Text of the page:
The longer I walk with God the more I realize how much I still have to learn. The longer I study the Scriptures, the more I realize how much of God I still don’t understand. Why should that surprise us?

In Romans 11, the Apostle Paul, under the inspiration of the Spirit, wrote…

“Oh, the depth of the riches and wisdom and knowledge of GodHow unsearchable are his judgments and how inscrutable his ways! ‘For who has known the mind of the Lord, or who has been his counselor?’ ‘Or who has given a gift to him that he might be repaid?’ For from him and through him and to him are all things. To him be glory forever. Amen.” (Romans 11:33-36 ESV)

David Needham, former Distinguished Professor of Theology at Multnomah University (formerly Multnomah School of the Bible), wrote the following about what the Apostle Paul might have felt after penning the above words…

Dropping his pen and throwing up his hands, Paul says in effect, “Oh!  What a God!  Who can second-guess Him?  Who can begin to grasp the vastness of His truth?  Who can predict what He will do?  Who can trace out His logic?  Who can say “Now I’ve got Him all figured out”?

This God we worship is a most mysterious God.  Incomprehensible.  He refuses to be impressed with our neat theological boxes, as though we could write down a list of statements about God, draw a circle around them, and say we have it all…as though His being and His ways could be bound by the limits of our intelligence.

Not only is God higher than all our wisdom, Paul writes to the Corinthians, but even “the foolishness of God is wiser than man’s wisdom” (1 Corinthians 1:25). In other words, if God were capable of a stupid thought – if He were – that thought would be wiser than the wisest thought man has ever conceived.

So many of us struggle with pride at this very point. Somehow we feel we deserve to know and comprehend to the same degree God knows and comprehends.  As though he owes us an explanation for His actions! Yet for all eternity, you and I will bow before God who will always be greater than our greatest thought. His love, His patience, His holiness, His power, His purposes, His wisdom will forever leave us in a state of astonished wonder.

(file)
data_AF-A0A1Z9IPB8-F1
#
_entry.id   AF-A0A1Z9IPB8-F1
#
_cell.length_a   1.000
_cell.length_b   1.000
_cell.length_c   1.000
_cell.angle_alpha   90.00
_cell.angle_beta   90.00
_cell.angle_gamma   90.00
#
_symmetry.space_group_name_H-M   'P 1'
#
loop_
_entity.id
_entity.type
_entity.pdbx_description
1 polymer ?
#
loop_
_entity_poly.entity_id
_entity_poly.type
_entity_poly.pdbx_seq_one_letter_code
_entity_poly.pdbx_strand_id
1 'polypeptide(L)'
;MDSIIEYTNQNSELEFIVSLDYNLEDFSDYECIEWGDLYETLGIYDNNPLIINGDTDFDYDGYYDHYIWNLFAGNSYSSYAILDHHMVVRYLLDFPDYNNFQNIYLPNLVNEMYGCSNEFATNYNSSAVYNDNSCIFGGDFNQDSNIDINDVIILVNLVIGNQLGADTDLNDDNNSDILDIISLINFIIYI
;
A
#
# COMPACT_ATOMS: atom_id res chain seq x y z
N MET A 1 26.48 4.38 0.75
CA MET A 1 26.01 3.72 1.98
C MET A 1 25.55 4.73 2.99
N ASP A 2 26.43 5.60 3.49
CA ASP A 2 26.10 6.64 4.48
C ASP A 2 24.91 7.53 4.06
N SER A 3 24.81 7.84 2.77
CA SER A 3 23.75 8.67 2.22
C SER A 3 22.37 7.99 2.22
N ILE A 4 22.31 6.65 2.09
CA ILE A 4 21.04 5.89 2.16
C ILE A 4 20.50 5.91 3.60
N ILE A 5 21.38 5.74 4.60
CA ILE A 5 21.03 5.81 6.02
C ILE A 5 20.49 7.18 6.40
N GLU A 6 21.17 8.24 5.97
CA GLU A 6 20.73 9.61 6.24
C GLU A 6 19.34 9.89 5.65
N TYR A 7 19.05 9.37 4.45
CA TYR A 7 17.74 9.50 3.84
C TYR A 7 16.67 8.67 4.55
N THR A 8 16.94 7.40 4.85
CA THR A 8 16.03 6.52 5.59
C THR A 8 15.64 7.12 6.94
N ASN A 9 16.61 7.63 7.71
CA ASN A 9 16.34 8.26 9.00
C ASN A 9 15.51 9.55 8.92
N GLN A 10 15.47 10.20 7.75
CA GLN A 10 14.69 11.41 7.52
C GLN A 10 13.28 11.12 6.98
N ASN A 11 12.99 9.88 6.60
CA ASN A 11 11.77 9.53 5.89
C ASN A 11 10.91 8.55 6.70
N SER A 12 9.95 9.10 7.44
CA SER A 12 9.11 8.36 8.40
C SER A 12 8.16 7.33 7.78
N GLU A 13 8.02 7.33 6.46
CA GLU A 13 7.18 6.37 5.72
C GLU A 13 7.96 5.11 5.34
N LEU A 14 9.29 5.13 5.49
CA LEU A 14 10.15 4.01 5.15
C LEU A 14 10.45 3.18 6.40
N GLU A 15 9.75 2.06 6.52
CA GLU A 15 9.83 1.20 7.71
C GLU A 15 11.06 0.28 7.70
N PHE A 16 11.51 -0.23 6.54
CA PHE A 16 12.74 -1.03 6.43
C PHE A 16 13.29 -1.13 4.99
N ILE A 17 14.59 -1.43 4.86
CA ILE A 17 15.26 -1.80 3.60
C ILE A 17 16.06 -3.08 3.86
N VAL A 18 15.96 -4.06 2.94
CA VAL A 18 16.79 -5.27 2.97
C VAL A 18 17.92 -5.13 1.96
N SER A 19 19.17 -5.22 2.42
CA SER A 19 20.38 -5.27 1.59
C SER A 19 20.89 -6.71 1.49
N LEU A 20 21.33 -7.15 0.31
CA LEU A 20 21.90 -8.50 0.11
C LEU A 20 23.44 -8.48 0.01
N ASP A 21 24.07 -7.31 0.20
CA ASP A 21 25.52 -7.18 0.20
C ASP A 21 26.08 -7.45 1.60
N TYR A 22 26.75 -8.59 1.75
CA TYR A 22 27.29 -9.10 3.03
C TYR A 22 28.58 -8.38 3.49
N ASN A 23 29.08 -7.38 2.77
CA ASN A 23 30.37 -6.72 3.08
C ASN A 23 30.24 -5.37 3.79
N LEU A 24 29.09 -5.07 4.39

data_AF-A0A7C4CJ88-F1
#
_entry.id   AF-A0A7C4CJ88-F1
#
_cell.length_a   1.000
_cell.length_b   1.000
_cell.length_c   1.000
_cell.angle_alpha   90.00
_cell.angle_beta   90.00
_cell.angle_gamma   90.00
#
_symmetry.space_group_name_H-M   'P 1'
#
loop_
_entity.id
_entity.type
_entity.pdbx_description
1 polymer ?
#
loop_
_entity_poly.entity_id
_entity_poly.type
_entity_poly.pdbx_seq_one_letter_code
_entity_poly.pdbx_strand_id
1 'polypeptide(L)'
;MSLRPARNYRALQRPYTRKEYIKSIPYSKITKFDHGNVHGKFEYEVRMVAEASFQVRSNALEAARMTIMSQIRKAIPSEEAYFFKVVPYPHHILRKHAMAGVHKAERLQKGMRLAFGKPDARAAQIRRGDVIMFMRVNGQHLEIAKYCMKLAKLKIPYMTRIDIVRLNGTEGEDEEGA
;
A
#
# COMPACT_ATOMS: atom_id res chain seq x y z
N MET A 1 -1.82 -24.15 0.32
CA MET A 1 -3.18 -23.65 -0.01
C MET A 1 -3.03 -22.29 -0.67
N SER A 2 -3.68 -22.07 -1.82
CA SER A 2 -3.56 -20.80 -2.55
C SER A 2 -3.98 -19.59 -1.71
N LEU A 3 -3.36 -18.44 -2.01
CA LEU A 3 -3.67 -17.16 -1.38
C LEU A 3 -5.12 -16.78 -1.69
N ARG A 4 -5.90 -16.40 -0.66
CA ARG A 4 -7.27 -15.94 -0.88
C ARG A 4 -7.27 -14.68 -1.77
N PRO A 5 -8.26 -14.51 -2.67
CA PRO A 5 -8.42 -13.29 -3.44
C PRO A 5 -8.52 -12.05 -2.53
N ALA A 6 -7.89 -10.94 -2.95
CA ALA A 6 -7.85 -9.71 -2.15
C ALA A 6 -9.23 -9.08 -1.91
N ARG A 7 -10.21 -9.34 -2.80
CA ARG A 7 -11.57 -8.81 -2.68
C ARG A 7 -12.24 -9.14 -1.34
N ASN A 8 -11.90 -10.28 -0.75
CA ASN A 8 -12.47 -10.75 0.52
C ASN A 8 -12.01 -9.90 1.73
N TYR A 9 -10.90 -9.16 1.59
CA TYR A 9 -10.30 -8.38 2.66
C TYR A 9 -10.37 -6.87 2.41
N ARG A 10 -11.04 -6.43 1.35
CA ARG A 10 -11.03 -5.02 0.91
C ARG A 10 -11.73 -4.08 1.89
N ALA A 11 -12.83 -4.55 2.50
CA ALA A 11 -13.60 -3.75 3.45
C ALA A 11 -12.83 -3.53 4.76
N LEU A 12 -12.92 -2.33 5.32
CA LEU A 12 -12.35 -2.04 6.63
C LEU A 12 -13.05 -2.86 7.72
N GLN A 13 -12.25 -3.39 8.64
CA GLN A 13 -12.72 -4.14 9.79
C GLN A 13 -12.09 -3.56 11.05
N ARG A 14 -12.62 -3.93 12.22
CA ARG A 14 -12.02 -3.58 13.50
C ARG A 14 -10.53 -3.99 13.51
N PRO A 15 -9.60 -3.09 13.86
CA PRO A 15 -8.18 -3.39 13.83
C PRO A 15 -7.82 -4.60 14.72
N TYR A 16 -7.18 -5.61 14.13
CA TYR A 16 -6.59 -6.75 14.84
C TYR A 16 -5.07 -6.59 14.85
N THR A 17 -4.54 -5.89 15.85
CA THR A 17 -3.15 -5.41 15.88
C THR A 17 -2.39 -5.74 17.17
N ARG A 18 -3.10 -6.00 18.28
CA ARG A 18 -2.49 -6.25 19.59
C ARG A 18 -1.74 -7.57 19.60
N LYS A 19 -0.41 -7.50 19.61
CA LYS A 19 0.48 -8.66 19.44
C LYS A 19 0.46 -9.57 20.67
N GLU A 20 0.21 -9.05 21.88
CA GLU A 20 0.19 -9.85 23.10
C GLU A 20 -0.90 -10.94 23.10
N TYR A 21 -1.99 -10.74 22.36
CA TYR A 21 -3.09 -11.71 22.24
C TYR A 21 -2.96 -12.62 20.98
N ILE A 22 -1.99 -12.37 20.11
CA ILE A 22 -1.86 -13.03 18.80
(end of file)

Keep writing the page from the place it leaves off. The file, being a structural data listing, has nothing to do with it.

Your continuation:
Does this mean that what we say or teach about God is wrong? Not necessarily. Yet it does mean that our grasp of what we say or teach scarcely begins to encircle the greatness of his being.  We stand only at the merest edge of comprehension.

And then Needham goes on to talk about God’s plan of salvation to save sinners from His wrath (i.e. “…we were by nature children of wrath, like the rest of mankind.” – Ephesians 2:3)…

“The ultimate expression of God’s hatred of sin is found in what He did to His beloved Son. Is it possible for us to even begin to comprehend that huge mass of burning indignation against sin that hung over our Lord Jesus as they nailed Him to the cross?

What human being would have dreamed what God in His highest wisdom had in mind to do? That His plan was to pour out all of His vented wrath upon the Son of His love instead of upon us? That He had chosen a plan in which They – both the Father and the Son – would suffer most? Such thoughts are indeed as high above yours and mine as heaven is above the earth (Isaiah 55:7-9)!”

(David Needham – Close To His Majesty)

I have found that it’s only in humbling ourselves under God’s “unsearchable judgments” and “inscrutable ways” that true gratitude and thanksgiving can blossom. As long as I feel as though “God owes me an explanation,” I will always miss experiencing the joy that comes from genuine gratitude for all that God is and all that God has done – whether I fully understand it or not.

“Now to the King eternal, immortal, invisible, the only God, be honor and glory forever and ever. Amen.”

(1 Timothy 1:17 NASB)